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What is a Project Network Diagram?

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  • Written By: Mary Elizabeth
  • Edited By: Bronwyn Harris
  • Last Modified Date: 25 September 2016
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A project network diagram, also known as a precedence diagram, is a handmade or software-created diagram that shows the relationships in time and dependency of steps needed to complete a project. The diagram clarifies which steps can precede others, which steps must succeed others, and which can occur simultaneously, as well as other project constraints. It also shows when lead time allows beginning one task before another is complete as well as when lag time is needed after a step has been completed before a succeeding step can commence. A project network diagram is helpful in computing start and end dates, apportioning resources and personnel, and analyzing scheduling choices.

There are a variety of ways to create a graphical representation of a project network diagram. It is common to use left to right progression to show change from earlier time, at the left, to later time, at the right. It is also common to prepare for creating a project network diagram by preparing a chart of activities, roughly in chronological order, with verbal notes about dependencies.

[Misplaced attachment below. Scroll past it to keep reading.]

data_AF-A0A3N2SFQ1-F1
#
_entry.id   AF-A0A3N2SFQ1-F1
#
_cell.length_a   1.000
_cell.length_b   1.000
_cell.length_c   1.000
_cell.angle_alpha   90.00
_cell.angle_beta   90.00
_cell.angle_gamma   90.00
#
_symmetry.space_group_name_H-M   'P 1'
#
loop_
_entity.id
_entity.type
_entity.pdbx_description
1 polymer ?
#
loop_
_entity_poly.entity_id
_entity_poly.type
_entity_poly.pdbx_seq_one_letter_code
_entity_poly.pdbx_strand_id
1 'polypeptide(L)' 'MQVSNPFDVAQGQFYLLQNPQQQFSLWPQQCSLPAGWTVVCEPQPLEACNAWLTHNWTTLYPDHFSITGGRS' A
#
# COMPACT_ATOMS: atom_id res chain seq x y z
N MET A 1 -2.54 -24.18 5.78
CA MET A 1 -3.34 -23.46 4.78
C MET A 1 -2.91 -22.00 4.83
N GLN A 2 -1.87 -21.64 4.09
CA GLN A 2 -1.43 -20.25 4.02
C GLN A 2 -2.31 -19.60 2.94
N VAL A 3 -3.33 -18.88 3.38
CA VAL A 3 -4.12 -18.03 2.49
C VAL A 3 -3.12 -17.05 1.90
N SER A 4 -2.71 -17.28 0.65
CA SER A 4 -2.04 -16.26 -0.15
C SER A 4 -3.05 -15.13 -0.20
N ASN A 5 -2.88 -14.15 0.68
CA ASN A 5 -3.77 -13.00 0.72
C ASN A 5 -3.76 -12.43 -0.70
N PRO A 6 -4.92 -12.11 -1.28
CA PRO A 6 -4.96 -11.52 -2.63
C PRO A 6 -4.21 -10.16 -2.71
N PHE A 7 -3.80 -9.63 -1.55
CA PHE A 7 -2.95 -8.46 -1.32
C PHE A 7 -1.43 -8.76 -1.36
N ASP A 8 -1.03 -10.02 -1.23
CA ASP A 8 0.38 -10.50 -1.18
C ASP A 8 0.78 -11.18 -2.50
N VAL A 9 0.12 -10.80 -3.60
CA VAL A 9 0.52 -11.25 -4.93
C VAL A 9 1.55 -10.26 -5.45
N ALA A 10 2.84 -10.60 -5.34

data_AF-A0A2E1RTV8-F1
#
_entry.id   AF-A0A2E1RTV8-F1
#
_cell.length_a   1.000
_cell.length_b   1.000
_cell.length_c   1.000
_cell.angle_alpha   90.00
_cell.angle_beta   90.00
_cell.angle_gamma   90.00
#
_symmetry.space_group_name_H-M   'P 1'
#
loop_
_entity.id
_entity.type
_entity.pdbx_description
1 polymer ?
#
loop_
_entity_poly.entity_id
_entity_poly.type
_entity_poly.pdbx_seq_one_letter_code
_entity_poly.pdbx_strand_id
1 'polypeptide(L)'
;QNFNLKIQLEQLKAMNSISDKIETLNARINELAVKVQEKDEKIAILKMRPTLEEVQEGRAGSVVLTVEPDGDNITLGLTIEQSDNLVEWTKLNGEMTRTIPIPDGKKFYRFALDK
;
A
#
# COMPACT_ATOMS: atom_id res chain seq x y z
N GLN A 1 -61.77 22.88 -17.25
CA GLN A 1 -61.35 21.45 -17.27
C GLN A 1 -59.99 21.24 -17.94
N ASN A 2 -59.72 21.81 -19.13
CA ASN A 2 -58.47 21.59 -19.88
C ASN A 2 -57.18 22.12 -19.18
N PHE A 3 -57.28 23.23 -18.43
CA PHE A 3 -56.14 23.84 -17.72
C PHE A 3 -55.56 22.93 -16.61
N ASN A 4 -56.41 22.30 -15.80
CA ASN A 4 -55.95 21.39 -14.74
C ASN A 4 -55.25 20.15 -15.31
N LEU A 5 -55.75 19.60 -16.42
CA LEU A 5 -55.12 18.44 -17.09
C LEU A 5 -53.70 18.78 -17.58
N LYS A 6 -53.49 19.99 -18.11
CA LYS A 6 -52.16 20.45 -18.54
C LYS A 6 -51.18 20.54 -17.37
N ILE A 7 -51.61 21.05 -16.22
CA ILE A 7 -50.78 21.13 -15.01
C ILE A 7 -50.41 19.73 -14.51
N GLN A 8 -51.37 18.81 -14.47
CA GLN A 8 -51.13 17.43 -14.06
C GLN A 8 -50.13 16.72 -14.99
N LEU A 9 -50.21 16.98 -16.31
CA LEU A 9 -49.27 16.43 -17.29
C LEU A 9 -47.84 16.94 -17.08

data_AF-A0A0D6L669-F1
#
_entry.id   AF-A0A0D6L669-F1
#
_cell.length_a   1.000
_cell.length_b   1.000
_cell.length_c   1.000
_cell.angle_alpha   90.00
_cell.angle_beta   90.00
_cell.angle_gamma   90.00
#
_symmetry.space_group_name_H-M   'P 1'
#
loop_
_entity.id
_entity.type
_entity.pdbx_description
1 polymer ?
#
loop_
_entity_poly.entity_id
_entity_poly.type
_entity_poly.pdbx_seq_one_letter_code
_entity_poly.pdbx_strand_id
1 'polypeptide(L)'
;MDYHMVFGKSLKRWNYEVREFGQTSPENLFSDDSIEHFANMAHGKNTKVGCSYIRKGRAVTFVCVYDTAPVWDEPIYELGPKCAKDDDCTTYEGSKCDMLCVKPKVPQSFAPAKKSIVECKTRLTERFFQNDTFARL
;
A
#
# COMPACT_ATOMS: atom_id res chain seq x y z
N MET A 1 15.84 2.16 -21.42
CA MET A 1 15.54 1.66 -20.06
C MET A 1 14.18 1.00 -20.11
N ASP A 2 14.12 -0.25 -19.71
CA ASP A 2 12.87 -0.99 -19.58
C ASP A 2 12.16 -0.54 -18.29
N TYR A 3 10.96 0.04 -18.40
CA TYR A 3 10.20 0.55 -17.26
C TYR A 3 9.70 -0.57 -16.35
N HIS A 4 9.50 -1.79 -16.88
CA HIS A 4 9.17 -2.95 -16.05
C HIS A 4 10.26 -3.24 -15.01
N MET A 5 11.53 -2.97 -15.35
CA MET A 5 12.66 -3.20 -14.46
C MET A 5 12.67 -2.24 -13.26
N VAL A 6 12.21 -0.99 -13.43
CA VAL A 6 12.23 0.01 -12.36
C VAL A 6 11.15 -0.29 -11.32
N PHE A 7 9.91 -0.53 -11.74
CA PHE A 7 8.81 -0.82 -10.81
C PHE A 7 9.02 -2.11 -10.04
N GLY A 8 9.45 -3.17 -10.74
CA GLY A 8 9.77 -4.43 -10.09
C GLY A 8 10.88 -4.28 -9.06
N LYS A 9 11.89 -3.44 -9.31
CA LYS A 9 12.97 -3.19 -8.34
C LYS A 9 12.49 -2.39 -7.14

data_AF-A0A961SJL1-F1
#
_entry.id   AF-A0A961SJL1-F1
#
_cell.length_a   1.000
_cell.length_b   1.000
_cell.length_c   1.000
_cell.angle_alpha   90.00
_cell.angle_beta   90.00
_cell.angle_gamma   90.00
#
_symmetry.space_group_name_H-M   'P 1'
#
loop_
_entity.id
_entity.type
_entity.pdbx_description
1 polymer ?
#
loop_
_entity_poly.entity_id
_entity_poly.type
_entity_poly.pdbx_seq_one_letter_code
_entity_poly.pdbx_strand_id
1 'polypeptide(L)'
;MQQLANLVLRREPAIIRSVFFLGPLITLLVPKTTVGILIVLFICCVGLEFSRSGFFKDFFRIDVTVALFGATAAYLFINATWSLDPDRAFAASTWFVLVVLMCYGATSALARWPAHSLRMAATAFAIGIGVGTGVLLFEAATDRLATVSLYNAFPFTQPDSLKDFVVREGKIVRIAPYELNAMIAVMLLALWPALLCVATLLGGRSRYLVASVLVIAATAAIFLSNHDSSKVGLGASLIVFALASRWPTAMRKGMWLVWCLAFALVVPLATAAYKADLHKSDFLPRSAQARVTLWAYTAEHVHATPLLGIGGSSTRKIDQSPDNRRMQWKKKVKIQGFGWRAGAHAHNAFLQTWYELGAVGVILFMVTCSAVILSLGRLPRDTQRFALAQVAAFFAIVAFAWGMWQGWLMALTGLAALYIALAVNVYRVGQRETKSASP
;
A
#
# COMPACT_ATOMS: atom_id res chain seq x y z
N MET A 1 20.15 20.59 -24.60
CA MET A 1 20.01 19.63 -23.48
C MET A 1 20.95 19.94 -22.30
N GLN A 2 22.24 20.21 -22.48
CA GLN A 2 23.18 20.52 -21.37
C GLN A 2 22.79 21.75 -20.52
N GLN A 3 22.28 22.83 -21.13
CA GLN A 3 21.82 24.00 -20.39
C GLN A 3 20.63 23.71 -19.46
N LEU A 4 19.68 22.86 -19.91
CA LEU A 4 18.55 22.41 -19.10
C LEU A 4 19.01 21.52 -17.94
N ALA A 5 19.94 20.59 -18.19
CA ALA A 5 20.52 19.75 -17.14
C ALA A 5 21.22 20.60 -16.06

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One type of graphical representation is the precedence diagramming method (PDM), also known as the activity-on-the-node method (AON). This method uses a rectangle to represent each activity and arrows to represent relationships. When there are multiple predecessors or multiple successors or several lines of development going on simultaneously, this is shown in the diagram. The PDM also shows Finish to Start dependencies (FS), where one activity must complete before another begins; Start to Start dependencies (SS), where one activity may start only when another activity has commenced; Start to Finish dependencies (SF), where one activity cannot be completed prior to another activity starting; and Finish to Finish dependencies (FF), where one activity cannot be completed prior to another activity completing.

With a project network diagram, one is able to compute ES (Early Start), EF (Early Finish), LS (Late Start), and LF (Late Finish date) and the critical path. The ES is the earliest start time for an uncompleted project or part of a project, while the EF is the earliest date at which an uncompleted project or portion of a project can finish. The LS is the latest date at which a project or project step can begin without causing a delay to some important milestone, usually the finish date, while the LF is the latest date at which a project or project step can finish without causing a delay to some important milestone, either the beginning of another step or the finish date. The critical path is the activity sequence by which the earliest completion date for a project is determined.

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